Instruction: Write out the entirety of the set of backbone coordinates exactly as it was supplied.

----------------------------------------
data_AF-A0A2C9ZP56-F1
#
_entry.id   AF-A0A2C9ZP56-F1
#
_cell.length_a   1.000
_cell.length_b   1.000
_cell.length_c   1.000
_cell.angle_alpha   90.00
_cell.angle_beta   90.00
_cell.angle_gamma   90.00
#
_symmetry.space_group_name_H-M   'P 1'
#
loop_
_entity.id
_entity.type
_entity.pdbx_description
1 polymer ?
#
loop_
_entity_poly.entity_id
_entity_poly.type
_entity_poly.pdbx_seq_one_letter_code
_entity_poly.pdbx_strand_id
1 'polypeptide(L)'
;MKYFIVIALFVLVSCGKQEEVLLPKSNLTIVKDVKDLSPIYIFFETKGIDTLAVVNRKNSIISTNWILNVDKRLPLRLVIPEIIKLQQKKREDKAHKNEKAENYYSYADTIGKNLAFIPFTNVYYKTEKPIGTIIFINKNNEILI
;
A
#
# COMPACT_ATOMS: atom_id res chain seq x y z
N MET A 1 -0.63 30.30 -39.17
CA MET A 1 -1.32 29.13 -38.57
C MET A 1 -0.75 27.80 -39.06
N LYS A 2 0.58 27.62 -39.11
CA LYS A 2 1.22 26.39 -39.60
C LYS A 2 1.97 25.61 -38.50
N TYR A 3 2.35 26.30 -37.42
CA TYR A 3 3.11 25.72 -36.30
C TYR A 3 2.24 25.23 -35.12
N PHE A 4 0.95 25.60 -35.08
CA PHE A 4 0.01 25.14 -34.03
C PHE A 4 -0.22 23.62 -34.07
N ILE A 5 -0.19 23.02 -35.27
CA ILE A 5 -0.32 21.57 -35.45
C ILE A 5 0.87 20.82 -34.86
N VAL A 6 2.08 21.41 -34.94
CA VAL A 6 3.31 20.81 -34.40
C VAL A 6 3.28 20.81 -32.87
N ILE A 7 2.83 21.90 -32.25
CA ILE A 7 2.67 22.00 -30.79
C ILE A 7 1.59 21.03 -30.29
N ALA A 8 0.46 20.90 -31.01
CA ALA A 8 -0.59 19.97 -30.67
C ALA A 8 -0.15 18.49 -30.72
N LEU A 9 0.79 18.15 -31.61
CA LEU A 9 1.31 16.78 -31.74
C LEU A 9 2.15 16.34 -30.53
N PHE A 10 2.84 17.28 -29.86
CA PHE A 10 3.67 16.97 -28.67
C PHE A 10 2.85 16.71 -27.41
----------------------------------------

data_AF-A0A2C9ZP56-F1
#
_entry.id   AF-A0A2C9ZP56-F1
#
_cell.length_a   1.000
_cell.length_b   1.000
_cell.length_c   1.000
_cell.angle_alpha   90.00
_cell.angle_beta   90.00
_cell.angle_gamma   90.00
#
_symmetry.space_group_name_H-M   'P 1'
#
loop_
_entity.id
_entity.type
_entity.pdbx_description
1 polymer ?
#
loop_
_entity_poly.entity_id
_entity_poly.type
_entity_poly.pdbx_seq_one_letter_code
_entity_poly.pdbx_strand_id
1 'polypeptide(L)'
;MKYFIVIALFVLVSCGKQEEVLLPKSNLTIVKDVKDLSPIYIFFETKGIDTLAVVNRKNSIISTNWILNVDKRLPLRLVIPEIIKLQQKKREDKAHKNEKAENYYSYADTIGKNLAFIPFTNVYYKTEKPIGTIIFINKNNEILI
;
A
#
# COMPACT_ATOMS: atom_id res chain seq x y z
N MET A 1 -0.63 30.30 -39.17
CA MET A 1 -1.32 29.13 -38.57
C MET A 1 -0.75 27.80 -39.06
N LYS A 2 0.58 27.62 -39.11
CA LYS A 2 1.22 26.39 -39.60
C LYS A 2 1.97 25.61 -38.50
N TYR A 3 2.35 26.30 -37.42
CA TYR A 3 3.11 25.72 -36.30
C TYR A 3 2.24 25.23 -35.12
N PHE A 4 0.95 25.60 -35.08
CA PHE A 4 0.01 25.14 -34.03
C PHE A 4 -0.22 23.62 -34.07
N ILE A 5 -0.19 23.02 -35.27
CA ILE A 5 -0.32 21.57 -35.45
C ILE A 5 0.87 20.82 -34.86
N VAL A 6 2.08 21.41 -34.94
CA VAL A 6 3.31 20.81 -34.40
C VAL A 6 3.28 20.81 -32.87
N ILE A 7 2.83 21.90 -32.25
CA ILE A 7 2.67 22.00 -30.79
C ILE A 7 1.59 21.03 -30.29
N ALA A 8 0.46 20.90 -31.01
CA ALA A 8 -0.59 19.97 -30.67
C ALA A 8 -0.15 18.49 -30.72
N LEU A 9 0.79 18.15 -31.61
CA LEU A 9 1.31 16.78 -31.74
C LEU A 9 2.15 16.34 -30.53
N PHE A 10 2.84 17.28 -29.86
CA PHE A 10 3.67 16.97 -28.67
C PHE A 10 2.85 16.71 -27.41